A 2,000-year-old intact and inscribed sundial – one of only a handful known to have survived – has been recovered during the excavation of a roofed theatre in the Roman town of Interamna Lirenas, near Monte Cassino, in Italy.
Things structure our lives. They enrich us, embellish us and express our hopes and fears. Here, to introduce a month-long focus on research on material culture, four academics from different disciplines explain why understanding how we interact with our material world can reveal unparalleled insights into what it is to be human.
The discovery this summer of an impressive rock-cut tomb on a mountainside in Prosilio, near ancient Orchomenos in central Greece, will shed new light on Mycenaean funerary practices.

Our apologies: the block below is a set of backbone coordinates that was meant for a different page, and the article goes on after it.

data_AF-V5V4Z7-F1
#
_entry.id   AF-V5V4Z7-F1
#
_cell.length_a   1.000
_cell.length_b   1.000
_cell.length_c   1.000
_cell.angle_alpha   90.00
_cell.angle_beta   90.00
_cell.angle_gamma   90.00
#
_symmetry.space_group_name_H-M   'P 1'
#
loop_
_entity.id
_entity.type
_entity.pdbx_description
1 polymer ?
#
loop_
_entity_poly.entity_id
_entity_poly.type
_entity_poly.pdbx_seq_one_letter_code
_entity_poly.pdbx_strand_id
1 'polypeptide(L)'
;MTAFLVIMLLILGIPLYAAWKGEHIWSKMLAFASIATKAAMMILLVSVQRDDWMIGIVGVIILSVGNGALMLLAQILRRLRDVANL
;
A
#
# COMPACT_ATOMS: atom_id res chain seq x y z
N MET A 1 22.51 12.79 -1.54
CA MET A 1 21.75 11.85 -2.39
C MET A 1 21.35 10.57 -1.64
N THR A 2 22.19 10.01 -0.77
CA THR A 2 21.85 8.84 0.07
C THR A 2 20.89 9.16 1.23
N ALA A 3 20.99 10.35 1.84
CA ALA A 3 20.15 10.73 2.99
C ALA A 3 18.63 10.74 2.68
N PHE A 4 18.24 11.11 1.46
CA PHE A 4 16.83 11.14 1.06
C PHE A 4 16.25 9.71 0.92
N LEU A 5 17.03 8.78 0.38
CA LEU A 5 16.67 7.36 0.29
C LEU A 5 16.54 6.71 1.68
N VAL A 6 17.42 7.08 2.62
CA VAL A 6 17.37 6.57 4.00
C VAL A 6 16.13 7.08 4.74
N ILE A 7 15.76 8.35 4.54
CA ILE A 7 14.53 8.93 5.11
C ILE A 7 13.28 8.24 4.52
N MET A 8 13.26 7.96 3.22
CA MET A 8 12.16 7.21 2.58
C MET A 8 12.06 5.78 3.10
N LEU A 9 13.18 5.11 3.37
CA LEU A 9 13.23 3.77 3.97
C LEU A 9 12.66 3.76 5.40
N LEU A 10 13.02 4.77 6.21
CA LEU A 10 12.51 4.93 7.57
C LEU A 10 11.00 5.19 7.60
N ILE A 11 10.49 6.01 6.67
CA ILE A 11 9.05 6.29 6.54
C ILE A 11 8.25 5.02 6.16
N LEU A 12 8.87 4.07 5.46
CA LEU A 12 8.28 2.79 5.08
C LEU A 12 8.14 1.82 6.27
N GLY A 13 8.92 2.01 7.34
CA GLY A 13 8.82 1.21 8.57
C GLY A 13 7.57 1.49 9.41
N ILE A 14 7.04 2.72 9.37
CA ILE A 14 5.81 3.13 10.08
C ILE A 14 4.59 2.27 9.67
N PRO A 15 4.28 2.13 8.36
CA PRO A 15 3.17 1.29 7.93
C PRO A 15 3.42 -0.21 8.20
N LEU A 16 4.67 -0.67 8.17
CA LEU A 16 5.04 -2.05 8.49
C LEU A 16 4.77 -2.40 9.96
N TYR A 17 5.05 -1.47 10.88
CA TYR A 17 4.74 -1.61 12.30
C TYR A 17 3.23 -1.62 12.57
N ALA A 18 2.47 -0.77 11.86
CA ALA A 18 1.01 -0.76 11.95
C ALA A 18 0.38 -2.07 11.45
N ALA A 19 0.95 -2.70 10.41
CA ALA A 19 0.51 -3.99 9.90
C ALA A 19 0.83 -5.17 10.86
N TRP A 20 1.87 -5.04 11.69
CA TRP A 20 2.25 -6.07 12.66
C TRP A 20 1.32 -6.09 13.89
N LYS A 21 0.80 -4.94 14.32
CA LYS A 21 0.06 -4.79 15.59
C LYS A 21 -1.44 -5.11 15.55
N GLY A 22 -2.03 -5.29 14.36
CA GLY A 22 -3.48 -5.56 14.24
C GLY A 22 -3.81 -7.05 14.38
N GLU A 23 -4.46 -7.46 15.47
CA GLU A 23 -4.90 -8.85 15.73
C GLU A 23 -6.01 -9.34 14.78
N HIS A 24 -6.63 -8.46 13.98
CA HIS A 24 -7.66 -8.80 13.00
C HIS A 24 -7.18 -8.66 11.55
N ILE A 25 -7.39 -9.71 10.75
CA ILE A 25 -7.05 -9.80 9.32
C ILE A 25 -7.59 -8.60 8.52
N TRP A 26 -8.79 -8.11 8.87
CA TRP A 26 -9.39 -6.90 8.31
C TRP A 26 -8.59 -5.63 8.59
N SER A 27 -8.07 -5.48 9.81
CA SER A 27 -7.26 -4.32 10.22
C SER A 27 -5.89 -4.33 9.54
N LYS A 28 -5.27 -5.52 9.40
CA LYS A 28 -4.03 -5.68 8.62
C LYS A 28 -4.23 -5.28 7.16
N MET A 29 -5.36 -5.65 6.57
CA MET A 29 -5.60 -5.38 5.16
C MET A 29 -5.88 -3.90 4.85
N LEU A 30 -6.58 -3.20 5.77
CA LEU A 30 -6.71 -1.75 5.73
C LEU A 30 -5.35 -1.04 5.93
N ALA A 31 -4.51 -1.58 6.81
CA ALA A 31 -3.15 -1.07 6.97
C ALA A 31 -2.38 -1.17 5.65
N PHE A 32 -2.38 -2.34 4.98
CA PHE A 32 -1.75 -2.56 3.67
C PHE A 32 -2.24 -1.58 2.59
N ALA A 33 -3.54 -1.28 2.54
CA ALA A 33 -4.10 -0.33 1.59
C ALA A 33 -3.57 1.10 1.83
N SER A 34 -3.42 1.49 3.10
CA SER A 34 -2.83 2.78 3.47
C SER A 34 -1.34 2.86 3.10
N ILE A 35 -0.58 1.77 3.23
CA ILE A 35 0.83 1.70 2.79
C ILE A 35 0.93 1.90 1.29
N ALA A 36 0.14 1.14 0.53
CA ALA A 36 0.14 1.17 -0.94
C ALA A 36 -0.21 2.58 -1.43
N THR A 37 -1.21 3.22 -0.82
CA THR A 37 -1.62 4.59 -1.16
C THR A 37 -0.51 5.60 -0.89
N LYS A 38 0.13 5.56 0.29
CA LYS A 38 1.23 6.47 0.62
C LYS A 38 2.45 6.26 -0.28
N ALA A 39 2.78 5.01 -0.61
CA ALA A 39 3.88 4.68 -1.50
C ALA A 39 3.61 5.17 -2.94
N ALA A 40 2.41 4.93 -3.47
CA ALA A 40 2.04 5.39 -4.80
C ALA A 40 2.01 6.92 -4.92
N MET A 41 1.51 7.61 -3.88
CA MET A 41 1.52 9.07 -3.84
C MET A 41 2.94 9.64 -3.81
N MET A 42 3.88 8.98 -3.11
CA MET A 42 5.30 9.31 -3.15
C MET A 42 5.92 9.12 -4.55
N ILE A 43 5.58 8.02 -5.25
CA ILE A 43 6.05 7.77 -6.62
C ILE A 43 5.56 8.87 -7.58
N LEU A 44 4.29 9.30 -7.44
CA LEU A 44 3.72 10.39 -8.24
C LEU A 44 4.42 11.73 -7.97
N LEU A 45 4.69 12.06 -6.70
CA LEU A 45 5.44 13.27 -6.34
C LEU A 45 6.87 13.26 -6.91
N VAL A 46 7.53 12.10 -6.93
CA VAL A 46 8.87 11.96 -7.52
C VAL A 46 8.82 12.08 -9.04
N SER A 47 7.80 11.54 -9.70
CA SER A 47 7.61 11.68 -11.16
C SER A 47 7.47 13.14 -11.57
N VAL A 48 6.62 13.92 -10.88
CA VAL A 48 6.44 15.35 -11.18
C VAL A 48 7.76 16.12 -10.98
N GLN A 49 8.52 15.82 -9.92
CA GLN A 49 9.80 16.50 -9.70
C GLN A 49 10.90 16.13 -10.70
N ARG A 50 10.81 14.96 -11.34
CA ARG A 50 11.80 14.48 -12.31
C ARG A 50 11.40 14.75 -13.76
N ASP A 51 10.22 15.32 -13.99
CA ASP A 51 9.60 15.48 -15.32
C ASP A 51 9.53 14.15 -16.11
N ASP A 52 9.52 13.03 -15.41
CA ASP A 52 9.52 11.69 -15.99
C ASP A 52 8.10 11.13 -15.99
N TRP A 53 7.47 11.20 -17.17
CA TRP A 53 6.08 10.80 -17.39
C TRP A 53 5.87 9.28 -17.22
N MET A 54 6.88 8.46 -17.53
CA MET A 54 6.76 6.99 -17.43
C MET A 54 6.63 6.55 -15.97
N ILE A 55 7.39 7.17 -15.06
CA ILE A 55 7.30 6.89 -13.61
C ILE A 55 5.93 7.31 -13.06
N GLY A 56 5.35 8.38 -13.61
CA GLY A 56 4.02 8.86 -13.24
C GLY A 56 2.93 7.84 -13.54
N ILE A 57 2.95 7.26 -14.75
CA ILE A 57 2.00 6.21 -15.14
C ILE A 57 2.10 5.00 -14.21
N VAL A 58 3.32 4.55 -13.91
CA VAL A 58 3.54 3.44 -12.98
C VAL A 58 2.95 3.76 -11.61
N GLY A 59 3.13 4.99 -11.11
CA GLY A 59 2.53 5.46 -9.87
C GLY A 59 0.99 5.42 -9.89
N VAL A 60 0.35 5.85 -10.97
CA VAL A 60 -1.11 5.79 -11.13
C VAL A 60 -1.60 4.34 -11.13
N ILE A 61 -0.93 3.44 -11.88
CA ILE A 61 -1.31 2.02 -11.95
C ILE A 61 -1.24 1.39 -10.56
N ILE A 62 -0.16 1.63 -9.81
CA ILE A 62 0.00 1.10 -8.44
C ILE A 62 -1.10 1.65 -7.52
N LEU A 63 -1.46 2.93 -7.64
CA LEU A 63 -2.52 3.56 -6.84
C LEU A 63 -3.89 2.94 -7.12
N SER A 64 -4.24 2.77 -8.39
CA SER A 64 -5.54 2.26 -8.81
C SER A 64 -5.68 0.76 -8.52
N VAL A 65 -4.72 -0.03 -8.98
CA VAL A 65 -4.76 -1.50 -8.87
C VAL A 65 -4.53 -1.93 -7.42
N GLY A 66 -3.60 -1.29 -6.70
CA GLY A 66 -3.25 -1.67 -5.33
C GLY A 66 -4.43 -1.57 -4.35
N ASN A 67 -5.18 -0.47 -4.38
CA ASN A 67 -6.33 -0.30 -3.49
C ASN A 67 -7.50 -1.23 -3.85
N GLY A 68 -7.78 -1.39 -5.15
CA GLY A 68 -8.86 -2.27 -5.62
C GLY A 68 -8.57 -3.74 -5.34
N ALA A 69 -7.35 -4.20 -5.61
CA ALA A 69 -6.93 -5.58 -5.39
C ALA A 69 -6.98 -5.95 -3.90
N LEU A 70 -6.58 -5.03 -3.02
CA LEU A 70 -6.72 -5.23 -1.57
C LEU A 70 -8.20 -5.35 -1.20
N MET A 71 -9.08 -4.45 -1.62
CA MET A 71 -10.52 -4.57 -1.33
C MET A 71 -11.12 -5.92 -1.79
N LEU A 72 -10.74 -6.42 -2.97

A political leader who seeks to make his nation “great again” and a time when ‘post-truth’ rhetoric appears to support political ambitions. Not Trump’s America, but Rome 2,000 years ago.
Jerry Toner, Director of Studies in Classics, Churchill College, University of Cambridge, discusses the stratification of Roman society.
Paul Cartledge (Faculty of Classics) discusses what the ancient Greeks would think of our democracy.
A new University of Cambridge research project is set to shed light on the history of writing in the ancient world, and explore the longlasting relationship between society and writing that persists today.
People in the ancient world did not always believe in the gods, a new study suggests – casting doubt on the idea that religious belief is a “default setting” for humans.